N.Y.C. loosens rules on Jewish circumcision ritual
The New York City Board of Health has relaxed its rules surrounding a controversial practice used by ultra-Orthodox Jews during circumcision.
The ritual, called metzitzah b’peh in Hebrew, involves the oral suctioning of blood from a wound following circumcision, which is traditionally done on the eighth day of a Jewish boy’s life. Though most ritual practitioners use a sterile glass tube, a sponge or sterile gauze, the ultra-Orthodox practice of oral blood suction has been a highly political issue in New York, which is home to America’s largest ultra-Ortho- dox Jewish population.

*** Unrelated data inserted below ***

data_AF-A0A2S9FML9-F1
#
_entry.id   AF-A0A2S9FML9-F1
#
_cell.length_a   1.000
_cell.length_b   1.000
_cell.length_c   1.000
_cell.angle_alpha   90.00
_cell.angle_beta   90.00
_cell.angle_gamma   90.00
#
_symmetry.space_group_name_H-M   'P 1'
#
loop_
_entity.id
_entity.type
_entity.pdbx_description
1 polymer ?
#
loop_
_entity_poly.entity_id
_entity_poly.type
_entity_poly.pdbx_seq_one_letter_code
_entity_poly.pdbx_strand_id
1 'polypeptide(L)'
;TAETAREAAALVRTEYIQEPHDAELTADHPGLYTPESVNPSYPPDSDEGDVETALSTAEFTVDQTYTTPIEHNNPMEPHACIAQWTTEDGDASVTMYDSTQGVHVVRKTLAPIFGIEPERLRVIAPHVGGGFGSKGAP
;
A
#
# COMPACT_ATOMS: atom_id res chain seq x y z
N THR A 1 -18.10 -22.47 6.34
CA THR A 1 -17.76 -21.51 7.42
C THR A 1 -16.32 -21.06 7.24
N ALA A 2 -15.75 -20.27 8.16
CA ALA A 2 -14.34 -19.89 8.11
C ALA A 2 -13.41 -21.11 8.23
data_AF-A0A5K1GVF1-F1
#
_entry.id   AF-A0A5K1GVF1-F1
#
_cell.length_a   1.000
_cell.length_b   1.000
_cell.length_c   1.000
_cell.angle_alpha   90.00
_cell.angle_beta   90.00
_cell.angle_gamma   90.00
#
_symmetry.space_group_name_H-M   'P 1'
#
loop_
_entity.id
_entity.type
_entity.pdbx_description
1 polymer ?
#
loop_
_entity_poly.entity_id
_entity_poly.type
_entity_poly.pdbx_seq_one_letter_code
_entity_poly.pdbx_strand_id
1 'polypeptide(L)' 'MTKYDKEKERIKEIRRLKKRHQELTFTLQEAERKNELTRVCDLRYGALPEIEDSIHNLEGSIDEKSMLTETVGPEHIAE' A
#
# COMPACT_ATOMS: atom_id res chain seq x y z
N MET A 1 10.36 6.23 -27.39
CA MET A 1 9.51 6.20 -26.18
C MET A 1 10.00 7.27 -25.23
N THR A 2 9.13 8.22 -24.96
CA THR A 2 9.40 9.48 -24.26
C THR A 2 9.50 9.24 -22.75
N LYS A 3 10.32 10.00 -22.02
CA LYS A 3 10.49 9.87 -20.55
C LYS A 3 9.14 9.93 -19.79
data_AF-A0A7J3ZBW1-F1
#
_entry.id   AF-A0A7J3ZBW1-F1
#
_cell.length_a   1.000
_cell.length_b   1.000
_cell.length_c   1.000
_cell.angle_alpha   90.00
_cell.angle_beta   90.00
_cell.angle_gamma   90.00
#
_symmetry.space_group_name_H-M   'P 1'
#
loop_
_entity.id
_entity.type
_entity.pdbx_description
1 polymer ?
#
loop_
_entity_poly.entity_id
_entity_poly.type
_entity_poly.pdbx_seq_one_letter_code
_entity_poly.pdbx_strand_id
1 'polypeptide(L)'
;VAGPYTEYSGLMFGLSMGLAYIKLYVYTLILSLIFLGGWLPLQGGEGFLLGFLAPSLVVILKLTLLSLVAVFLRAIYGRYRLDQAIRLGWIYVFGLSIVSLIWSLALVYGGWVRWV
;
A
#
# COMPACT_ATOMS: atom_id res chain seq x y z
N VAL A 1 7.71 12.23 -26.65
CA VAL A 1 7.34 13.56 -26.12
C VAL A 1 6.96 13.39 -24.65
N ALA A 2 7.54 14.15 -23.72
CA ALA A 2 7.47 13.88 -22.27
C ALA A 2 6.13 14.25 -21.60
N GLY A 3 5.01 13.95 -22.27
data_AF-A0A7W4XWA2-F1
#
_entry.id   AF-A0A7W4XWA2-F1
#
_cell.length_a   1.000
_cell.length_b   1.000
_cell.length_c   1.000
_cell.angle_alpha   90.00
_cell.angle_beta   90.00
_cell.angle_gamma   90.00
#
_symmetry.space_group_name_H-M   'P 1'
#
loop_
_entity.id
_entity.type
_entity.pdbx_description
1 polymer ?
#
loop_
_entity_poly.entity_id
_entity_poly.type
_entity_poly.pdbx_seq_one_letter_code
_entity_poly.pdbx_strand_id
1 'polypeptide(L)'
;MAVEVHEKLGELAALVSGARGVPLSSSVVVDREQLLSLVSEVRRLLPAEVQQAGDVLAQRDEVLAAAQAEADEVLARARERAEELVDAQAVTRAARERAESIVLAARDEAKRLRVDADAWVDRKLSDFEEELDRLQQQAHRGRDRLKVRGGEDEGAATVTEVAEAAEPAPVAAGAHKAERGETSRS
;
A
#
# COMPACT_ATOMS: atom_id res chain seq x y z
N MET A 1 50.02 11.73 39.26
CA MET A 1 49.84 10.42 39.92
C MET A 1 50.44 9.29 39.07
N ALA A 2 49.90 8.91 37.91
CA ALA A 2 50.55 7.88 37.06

The city in 2012 enacted an ordinance that required parents to sign a consent form for the practice, responding to the cases of 17 infants who contracted the herpes simplex virus following circumcisions that likely included the ritual. Two of those infants died. But last week, New York’s board repealed the consent form ordinance, instead opting to educate ultrareligious Jews about the risks involved.